Turbocharger Troubleshooting 101

July 14, 2016
Contrary to popular belief, with the right combination of preventative care and proper maintenance, turbochargers are an extremely reliable and trouble-free piece of equipment

As director of product support for Hartzell Engine Technologies (HET), a producer of turbochargers for certified aircraft piston engines, I get a lot of questions from aircraft owners and mechanics regarding these sophisticated units.

And, in most cases, it becomes clear that the problem or at least the origination of the problem was the pilot’s or mechanic’s lack of understanding of how a turbocharger system functions.

So, let’s start with a short turbocharger primer: Today’s turbocharger is just one part of a diverse system. That system consists of the turbocharger, controller, pressure relief valve, and wastegate, and that along with the engine’s exhaust/intake assemblies, complete the system. And while the turbo itself seems like a simple device, it is in fact a very precise component that can operate at speeds over 100,000 rpm and at temperatures exceeding 1,650 F.

Most problems begin as a failure to communicate

In our experience, the majority of the returns we receive from the field are found not to be issues with the turbocharger itself, but in most cases they are problems with the system’s installation, inadequate pre-lubrication, or other operational issues.

Typically a mechanic must inspect and diagnose operational issues that may include an inability for the aircraft to reach altitude; pressurization issues; the system’s inability to reach the maximum-rated manifold pressure; a surging or dropping off of manifold pressure when climbing or descending; and/or oil leaks from the compressor or turbine side of the turbocharger.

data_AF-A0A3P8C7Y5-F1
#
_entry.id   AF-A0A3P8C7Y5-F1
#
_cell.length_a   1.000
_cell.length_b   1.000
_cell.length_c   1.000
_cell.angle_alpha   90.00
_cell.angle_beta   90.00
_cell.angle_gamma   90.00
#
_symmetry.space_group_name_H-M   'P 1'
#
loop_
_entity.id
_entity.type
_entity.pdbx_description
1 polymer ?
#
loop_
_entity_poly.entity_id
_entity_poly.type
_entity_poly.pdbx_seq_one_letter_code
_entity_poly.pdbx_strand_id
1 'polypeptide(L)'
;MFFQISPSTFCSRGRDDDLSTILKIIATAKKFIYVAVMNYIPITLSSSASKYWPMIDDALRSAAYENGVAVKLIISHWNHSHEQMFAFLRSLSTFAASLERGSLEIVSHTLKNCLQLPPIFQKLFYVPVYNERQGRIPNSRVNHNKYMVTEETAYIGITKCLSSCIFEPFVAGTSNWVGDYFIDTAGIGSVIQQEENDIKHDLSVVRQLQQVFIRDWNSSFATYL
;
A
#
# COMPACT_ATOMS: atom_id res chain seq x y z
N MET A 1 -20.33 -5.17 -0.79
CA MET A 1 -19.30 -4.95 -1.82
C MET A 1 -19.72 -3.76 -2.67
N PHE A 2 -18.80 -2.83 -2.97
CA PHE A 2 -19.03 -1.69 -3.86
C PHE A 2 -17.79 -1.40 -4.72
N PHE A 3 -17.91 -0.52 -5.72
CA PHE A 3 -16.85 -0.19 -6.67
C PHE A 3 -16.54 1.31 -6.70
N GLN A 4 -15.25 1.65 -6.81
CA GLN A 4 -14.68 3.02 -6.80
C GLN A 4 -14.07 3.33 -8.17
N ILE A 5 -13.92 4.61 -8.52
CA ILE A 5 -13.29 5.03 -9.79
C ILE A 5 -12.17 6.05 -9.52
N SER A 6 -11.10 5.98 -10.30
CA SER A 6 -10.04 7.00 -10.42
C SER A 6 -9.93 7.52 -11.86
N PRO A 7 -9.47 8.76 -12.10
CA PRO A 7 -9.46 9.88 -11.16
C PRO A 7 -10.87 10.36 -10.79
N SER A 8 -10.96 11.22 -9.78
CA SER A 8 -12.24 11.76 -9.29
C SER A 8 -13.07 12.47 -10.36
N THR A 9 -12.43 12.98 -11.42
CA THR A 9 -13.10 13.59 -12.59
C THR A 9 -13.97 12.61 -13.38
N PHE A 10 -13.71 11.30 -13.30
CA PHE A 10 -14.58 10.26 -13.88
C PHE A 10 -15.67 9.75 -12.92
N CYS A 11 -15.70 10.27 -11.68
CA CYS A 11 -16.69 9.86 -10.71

To help avoid many of these issues, pilots flying turbocharged aircraft need to keep a close eye on their aircraft’s engine/exhaust system. Why? Well, in many of the cases the system will give the pilot or mechanic telltale signs of pending issues.

For example, when there are the beginnings of a problem with a turbocharged engine you will usually get nuisance-related maintenance items: a bit of extra oil consumption, a slight leak, a bit of blue smoke from the exhaust, or possibly oil collecting at the exhaust outlet. Spotting any of these are clues that now is the time to look deeper into the system’s health.

That’s why we strongly suggest that owner/operators be very proactive in their maintenance especially when it comes to oil changes. Since the turbocharger shares the oil system with the engine, mechanics should recommend that owners routinely change the oil between 25 to 35 hours. The condition of the oil can provide an indication regarding the health of the turbocharger system.

In addition, during the oil change, the mechanic should take the opportunity to give the entire engine and turbocharger system a thorough inspection. Make sure the air filter is clean and check the security of the intake and alternate air systems to prevent FOD (foreign object debris) from entering the compressor or from robbing the compressor of air. Also, take time to visually inspect all clamps, hoses, ducts, and related components of the intake/exhaust system.

Before all else fails, remember the following…

Heat and/or lack of oil are the common denominators in most turbocharger failure situations. With that in mind, mechanics need to be just as diligent with the engine power management during ground operations as pilots are in flight – and even more so.

Improper engine shutdown after a ground run is the most common mistake mechanics routinely make. The required static run-ups after an inspection or repair spool the turbo up to its full potential. Mechanics typically shut the engine down to make adjustments without giving the turbo time to spool down.

Shutting down the engine starves the critical turbo components of oil and that can lead to significant damage. Yes, it’s tedious and time consuming, but mechanics must follow the same engine shutdown procedures after a 10-minute ground run as a pilot returning from a four-hour flight. You must follow the aircraft’s POH and allow the turbo time to spool/cool down prior to shutdown.